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They are caused by certain bacteria, viruses, or parasites that are spread by sexual activity. STIs are very common. Having one does not make you a bad person. Regardless of gender or sexual orientation, anyone who is sexually active can get an STI.

There are simple ways you can reduce your risk of getting STIs. Learn how to use a condom correctly, and if having vaginal sex, pair it with other types of birth control to reduce your risk of both STIs and pregnancy. Male external condoms and female internal condoms are the only methods that can reduce the risk of both STIs and pregnancy. The best way to lower your risk of STIs—other than not engaging in sexual activity—is to wear a condom.

Most male external condoms are made of a material called latex. Remember, use one condom for each sex act for example, switching between vaginal and anal sex and never use two at once. Condoms are easy to get and often free: find free condoms near you at ChicagoWearsCondoms.

Condom images. Inspect the wrapper to make sure there are no holes or damage. Check for the expiration date. If this date has passed or the package is damaged, throw it away and get another condom. Pinch tip to remove air and leave room for cum. Throw it out and get a new one. Remove, twist, and throw away. Lubricant lube is good. Most condoms are lubricated.

You never want a condom to dry out. Dry condoms break easily. Never use oil-based lube like Vaseline, baby oil, or lotion—these can break condoms. Never use two condoms at once. Friction between the condoms will break both condoms. Never use two male condoms at once and never use a male condom and a female condom together. One condom for every sex act.

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That means if you are having sex and you stop but then you start again, get a new condom. Or, if you are having sex in one part of the body and switch to another part like you are having vaginal sex and switch to anal sex get a new condom. Most condoms are made of a rubber material called latex. For people who are allergic to latex, there are other materials like polyurethane that protect against STIs. You may have heard of natural membrane condoms like lambskin — those do not protect against STIs. Store condoms in a cool, dry place. Condoms should never be kept somewhere too cold or too hot like the glove compartment of your car or your wallet for more than a day.

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If this date has passed or the package is damaged, throw it away. Squeeze the inside ring and put it into the vagina, using your fingers to push in the rest of the material. It should feel comfortable. The outside ring stays on the outside of the body. The expiration date is NOT on the back. This condom lists two dates inside the fold on one side of the package.

Female internal condoms can be used for anal sex. It gives you more coverage. Because the outer ring coves more of your skin, it offers a little more protection against STIs that are spread through skin-to-skin contact, like HPV and herpes. Female internal condoms give you control. Never use an external condom and an internal condom together. A dental dam is a thin sheet of latex usually flavored. DIY : Dental dams are sometimes hard to find, so some people make their own out of a flavored condom. Testing is not a big deal. Make it a part of your health routine, like going to the doctor for a checkup.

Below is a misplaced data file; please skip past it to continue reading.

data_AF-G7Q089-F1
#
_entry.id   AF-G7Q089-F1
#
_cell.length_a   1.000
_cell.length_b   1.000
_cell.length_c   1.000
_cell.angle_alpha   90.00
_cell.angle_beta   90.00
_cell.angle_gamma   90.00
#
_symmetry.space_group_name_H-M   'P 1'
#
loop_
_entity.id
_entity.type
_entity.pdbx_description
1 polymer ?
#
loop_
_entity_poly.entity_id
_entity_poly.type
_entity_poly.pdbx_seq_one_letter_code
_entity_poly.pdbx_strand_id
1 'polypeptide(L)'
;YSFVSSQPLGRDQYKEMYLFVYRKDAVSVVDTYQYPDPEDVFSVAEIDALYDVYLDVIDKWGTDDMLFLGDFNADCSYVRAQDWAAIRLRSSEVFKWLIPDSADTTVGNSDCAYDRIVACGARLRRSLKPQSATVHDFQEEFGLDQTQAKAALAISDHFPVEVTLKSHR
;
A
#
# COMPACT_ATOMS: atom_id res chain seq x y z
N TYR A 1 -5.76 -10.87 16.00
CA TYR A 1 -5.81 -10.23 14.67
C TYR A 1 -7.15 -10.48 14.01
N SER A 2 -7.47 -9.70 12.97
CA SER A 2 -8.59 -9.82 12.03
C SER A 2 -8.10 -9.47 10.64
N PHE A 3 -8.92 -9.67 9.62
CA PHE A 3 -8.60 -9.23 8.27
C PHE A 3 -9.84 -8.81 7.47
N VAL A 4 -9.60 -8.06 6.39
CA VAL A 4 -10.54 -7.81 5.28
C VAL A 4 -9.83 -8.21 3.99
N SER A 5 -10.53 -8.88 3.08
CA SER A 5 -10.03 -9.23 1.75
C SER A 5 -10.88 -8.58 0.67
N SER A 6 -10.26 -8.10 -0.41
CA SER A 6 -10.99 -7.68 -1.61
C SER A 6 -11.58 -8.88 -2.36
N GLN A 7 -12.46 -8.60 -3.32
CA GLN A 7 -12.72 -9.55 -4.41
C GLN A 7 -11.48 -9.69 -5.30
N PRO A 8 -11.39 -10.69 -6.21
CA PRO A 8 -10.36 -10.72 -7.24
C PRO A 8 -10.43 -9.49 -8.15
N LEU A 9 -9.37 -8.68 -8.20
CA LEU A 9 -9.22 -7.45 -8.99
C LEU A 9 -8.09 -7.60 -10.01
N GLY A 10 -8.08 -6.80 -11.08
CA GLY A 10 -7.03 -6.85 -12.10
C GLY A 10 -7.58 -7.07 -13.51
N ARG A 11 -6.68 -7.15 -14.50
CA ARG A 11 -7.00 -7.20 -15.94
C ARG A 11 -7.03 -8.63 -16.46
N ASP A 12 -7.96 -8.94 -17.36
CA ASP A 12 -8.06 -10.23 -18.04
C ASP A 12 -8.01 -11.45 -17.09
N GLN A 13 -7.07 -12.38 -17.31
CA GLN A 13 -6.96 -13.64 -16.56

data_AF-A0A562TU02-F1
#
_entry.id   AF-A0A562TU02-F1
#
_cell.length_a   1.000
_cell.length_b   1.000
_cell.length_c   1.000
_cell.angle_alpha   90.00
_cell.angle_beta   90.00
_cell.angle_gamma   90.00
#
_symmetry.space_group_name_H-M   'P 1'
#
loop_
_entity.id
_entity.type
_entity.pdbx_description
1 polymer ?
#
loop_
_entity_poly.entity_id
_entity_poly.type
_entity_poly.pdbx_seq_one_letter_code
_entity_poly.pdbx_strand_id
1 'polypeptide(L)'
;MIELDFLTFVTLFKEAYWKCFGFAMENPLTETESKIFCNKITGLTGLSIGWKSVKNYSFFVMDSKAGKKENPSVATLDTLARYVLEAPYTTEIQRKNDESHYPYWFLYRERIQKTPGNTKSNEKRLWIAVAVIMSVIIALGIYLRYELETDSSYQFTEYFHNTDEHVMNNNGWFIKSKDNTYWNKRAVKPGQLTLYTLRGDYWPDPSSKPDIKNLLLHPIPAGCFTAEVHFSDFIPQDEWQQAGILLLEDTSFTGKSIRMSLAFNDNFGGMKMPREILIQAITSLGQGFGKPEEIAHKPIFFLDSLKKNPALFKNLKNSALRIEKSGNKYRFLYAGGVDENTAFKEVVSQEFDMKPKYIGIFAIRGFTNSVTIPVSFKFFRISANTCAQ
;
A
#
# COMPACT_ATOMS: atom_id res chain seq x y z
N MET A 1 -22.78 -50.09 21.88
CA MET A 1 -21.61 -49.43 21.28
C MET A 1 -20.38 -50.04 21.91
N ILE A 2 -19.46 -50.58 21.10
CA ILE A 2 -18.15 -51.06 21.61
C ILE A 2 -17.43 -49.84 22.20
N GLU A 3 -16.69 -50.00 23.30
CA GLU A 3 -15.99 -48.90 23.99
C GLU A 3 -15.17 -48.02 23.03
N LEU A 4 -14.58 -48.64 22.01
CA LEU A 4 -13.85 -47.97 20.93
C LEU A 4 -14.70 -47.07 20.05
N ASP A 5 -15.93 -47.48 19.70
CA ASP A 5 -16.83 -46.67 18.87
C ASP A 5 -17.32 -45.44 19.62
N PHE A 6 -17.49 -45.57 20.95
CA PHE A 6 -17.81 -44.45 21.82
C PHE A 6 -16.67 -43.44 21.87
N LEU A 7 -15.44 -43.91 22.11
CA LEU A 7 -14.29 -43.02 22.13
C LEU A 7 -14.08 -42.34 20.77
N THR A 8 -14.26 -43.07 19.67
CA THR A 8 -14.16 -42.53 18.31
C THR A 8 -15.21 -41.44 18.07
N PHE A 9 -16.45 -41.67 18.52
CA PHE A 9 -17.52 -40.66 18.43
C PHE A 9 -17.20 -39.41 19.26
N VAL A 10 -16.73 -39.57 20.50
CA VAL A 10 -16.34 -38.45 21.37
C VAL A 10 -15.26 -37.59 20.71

Find a clinic near you. Think ahead. Use condoms every time you have sex. If you are having vaginal sex, use condoms plus another method of birth control. Condoms are easy to get, and often free. Check your school-based health center, if you have one, and check here for a list of other Chicago locations.

Get tips on how to have that discussion. Planned Parenthood. Chicago Department of Public Health. Chicago Wears Condoms. About 1 in 4 teens has an STI. Since there are often no symptoms, someone could have an infection and not know it. This means they could spread STIs to other people without knowing. You cannot get chlamydia or gonorrhea from kissing, sitting on a toilet seat, a swimming pool, or sharing clothes. The only way to treat an STI is to get proper medication from your doctor or healthcare provider. Douching, or squirting water into the vagina or anus, can actually be harmful to your health.

Treatment is very effective, as long as you and the person you are sexually active with have both been tested and treated. Take all the medication as directed and ask your doctor or healthcare provider if you have any questions. Discharge is common and healthy. You cannot tell someone has an STI by looking at them. You can not tell by the way they walk or by the way they look or smell.

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All condoms go through the same testing process by the FDA before they are distributed. Some brands just spend more money on marketing. Condoms come in different sizes and fits. Most condoms can stretch enough for everyone and if it is too loose it might fall off. Make sure you have the best fit for you. All are preventable. Some are curable by taking medication to get rid of them entirely. Some are treatable by taking medication to control the symptoms. How are STIs transmitted? Go here for more information on transmission. You can get an STI while pregnant. Always use a condom. STI testing is a routine part of prenatal visits.

Reducing Your Risk. Not having sexual contact. Talk about it. Use protection every time. Test regularly and get treated if you have an STI. Male external Condoms. Female internal Condoms.

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